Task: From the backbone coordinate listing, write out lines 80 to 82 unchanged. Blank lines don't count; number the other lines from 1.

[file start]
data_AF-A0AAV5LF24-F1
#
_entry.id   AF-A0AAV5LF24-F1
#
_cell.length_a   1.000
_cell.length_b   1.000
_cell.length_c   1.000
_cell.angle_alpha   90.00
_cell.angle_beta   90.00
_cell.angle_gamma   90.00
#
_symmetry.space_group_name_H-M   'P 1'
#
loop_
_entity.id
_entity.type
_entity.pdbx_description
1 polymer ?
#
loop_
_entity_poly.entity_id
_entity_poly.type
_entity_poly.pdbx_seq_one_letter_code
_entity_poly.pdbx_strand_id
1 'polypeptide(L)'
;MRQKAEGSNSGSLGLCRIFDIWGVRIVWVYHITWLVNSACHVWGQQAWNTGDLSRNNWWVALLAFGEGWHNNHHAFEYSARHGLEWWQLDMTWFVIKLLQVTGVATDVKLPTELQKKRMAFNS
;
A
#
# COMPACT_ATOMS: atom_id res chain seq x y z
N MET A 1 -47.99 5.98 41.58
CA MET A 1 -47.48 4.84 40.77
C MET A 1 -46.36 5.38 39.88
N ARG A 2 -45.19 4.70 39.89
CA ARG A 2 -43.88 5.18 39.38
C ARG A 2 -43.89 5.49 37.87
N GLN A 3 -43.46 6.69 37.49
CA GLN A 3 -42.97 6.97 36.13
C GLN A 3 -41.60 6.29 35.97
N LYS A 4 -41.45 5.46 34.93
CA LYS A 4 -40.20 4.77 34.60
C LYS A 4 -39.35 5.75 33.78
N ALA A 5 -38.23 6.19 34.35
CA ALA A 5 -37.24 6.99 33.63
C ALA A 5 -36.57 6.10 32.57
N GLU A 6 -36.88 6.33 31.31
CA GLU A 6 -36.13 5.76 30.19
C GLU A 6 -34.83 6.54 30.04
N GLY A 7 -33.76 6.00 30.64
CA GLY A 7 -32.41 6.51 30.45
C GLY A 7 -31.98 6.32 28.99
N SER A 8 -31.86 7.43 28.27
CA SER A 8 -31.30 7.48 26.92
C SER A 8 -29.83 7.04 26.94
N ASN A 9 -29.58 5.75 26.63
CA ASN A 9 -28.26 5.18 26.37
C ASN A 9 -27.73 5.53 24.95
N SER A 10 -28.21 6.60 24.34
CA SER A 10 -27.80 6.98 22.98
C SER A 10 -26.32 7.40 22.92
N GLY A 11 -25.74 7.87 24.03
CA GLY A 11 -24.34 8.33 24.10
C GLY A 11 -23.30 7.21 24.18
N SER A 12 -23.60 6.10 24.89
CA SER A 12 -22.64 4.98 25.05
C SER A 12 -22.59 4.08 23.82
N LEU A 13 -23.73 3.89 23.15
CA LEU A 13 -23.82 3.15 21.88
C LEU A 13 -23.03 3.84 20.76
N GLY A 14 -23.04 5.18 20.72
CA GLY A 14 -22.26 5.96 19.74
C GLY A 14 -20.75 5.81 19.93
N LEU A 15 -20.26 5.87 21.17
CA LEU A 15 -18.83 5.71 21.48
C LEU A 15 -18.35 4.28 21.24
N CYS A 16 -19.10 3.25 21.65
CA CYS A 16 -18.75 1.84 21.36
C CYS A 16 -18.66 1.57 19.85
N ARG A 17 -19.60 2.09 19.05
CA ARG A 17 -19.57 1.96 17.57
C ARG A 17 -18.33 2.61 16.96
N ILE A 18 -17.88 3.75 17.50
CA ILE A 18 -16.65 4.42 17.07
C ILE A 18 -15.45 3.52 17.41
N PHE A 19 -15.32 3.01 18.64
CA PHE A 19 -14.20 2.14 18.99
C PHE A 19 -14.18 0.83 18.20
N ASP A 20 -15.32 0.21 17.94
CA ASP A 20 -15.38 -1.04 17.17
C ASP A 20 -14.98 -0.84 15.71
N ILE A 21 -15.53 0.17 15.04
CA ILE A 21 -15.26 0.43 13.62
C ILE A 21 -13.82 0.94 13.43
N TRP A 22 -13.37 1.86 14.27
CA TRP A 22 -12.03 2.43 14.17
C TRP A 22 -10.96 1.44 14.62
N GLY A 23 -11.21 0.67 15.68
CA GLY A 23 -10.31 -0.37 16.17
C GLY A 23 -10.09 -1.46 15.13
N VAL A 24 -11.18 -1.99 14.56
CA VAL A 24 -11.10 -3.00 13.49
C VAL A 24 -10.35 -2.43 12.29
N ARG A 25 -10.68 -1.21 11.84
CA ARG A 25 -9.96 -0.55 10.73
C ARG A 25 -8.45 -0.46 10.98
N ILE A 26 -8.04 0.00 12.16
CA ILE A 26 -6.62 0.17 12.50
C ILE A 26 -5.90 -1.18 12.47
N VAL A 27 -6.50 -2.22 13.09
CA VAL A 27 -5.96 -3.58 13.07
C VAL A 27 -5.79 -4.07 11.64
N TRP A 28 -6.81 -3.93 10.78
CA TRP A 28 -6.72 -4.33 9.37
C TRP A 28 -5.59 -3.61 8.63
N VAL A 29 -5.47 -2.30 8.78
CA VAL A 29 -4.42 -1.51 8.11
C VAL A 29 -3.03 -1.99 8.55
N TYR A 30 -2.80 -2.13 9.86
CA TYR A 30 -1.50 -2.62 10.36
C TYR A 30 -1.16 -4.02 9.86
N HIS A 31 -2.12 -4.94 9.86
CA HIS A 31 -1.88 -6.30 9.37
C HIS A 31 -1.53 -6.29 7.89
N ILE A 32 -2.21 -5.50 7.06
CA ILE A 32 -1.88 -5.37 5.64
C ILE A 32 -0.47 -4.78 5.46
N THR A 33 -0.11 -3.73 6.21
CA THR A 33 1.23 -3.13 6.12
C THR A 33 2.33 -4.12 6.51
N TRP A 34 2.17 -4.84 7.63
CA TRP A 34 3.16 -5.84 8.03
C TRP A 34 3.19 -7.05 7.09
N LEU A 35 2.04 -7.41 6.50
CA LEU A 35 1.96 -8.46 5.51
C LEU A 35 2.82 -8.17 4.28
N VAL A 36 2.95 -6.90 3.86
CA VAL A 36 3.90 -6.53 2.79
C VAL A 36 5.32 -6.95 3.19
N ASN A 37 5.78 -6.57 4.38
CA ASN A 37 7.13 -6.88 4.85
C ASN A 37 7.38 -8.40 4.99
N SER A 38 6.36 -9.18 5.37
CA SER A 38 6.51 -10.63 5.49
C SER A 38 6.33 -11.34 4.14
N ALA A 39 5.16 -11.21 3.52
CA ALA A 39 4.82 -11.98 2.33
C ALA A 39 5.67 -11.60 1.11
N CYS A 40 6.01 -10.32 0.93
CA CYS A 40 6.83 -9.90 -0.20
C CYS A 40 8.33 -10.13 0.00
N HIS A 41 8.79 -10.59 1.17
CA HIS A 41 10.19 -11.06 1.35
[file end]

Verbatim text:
CA ARG A 17 -19.57 1.96 17.57
C ARG A 17 -18.33 2.61 16.96
N ILE A 18 -17.88 3.75 17.50